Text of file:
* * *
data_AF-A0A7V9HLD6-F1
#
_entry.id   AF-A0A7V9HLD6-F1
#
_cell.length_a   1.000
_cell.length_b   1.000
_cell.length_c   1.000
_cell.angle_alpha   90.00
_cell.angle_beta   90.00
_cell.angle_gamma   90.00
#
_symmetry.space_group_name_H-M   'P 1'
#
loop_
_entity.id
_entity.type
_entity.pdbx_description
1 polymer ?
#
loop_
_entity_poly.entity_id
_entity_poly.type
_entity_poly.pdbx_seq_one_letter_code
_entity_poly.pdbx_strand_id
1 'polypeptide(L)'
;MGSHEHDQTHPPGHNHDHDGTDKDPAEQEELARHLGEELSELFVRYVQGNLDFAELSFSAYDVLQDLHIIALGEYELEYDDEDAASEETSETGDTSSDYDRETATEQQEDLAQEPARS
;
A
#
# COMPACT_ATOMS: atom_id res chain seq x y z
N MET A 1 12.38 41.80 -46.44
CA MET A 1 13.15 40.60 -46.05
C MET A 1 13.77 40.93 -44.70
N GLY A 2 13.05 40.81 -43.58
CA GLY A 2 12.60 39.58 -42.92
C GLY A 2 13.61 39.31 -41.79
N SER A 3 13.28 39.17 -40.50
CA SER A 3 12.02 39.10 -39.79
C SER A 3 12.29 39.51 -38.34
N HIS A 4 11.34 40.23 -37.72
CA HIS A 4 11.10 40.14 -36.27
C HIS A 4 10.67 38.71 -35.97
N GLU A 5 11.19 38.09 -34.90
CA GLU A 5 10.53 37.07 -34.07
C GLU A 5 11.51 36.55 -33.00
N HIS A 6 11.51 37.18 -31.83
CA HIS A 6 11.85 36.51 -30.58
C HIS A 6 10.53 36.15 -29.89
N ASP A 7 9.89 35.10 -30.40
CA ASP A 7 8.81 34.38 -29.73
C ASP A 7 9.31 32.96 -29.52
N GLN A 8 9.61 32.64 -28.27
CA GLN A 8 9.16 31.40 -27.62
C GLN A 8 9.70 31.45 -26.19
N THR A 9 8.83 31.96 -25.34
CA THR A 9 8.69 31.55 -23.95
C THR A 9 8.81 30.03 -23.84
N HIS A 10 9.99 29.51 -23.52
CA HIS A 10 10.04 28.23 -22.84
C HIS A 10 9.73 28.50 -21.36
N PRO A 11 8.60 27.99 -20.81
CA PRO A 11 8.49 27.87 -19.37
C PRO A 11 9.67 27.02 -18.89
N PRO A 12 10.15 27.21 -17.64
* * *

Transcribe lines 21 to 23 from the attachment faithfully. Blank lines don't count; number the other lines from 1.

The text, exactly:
_entity_poly.entity_id
_entity_poly.type
_entity_poly.pdbx_seq_one_letter_code